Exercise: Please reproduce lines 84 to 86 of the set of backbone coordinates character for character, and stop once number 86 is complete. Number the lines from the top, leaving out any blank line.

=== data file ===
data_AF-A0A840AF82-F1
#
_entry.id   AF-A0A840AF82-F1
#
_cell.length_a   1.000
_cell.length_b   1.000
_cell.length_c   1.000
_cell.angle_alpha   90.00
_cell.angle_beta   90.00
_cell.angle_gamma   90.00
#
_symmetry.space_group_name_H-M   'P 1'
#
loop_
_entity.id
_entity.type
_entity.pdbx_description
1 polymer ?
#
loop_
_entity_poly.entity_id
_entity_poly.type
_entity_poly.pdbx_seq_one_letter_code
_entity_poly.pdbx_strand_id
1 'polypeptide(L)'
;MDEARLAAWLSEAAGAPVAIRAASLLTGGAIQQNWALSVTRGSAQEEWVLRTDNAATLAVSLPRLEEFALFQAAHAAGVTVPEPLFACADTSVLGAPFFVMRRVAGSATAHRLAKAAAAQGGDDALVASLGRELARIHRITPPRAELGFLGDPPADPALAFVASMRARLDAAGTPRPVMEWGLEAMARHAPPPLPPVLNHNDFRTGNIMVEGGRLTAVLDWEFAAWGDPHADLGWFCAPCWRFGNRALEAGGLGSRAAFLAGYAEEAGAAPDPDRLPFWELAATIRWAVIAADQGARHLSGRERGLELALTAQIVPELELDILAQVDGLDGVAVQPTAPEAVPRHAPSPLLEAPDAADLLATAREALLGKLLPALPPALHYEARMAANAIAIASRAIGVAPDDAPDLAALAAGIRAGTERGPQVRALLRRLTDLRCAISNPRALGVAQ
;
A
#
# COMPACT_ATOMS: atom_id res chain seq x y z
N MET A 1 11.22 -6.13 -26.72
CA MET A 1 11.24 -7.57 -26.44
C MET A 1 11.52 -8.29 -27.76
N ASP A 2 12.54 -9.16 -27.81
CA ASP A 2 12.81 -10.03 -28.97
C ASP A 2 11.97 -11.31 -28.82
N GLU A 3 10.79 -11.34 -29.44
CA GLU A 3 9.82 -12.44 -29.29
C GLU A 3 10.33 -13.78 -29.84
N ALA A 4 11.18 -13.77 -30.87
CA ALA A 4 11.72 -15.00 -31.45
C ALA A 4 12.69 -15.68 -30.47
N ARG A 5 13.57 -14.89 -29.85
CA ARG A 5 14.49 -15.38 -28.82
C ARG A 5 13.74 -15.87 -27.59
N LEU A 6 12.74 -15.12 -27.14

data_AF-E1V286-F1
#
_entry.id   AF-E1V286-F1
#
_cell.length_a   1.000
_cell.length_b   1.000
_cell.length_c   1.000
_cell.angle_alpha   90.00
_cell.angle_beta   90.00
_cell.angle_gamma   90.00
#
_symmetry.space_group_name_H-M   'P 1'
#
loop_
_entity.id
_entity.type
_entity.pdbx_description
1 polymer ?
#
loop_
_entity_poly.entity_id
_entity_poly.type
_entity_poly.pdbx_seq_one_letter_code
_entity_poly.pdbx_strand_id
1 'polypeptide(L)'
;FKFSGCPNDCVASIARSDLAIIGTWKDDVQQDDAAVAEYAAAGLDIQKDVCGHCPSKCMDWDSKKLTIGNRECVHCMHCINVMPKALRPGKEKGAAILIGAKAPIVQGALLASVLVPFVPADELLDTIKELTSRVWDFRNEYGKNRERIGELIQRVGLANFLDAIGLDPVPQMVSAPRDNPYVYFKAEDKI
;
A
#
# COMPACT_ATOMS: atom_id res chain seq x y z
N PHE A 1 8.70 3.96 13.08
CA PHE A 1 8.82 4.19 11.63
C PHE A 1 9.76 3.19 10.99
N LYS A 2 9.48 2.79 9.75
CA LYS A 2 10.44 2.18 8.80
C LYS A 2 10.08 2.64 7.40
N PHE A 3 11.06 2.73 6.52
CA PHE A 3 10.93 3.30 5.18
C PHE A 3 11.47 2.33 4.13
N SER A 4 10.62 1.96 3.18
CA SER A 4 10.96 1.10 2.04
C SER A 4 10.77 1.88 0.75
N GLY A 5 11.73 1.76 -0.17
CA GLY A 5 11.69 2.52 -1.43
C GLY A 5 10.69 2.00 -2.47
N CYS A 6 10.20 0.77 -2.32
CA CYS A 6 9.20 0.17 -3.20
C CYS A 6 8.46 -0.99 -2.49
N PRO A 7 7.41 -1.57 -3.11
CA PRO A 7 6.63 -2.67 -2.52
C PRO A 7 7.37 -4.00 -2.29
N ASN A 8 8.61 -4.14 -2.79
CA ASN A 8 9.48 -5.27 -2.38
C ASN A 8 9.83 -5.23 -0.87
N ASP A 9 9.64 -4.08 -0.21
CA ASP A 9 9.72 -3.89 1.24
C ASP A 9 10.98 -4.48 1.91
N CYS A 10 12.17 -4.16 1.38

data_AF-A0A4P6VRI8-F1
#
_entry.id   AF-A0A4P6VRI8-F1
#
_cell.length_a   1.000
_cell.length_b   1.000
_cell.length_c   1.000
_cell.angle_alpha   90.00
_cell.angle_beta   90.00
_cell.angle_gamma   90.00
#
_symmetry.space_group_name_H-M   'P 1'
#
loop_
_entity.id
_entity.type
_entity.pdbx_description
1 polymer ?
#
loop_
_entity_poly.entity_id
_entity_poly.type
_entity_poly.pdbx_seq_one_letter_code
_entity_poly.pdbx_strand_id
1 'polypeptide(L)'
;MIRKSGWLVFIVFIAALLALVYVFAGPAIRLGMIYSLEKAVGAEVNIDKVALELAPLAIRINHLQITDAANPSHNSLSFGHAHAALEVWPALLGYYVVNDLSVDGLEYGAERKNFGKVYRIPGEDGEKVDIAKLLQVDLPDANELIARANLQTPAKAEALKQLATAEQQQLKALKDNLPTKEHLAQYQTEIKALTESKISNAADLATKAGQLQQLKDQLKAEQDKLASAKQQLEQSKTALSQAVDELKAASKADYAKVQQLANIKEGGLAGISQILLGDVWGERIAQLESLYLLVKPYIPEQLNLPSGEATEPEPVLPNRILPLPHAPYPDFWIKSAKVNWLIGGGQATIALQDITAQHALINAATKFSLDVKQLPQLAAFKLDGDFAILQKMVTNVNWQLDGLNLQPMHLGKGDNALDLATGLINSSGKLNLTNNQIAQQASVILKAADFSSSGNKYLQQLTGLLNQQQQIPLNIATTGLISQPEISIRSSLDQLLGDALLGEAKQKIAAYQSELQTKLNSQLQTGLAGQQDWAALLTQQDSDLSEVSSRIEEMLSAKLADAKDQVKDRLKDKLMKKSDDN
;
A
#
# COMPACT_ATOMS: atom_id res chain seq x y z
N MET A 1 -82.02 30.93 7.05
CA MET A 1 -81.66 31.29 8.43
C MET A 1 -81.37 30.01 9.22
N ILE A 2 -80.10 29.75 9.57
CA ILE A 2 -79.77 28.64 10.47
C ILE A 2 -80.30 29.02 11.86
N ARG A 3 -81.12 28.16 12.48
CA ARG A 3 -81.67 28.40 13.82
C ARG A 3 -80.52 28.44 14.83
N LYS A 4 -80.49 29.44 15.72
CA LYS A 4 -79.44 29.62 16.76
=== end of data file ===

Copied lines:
CA PHE A 3 10.93 3.30 5.18
C PHE A 3 11.47 2.33 4.13
N SER A 4 10.62 1.96 3.18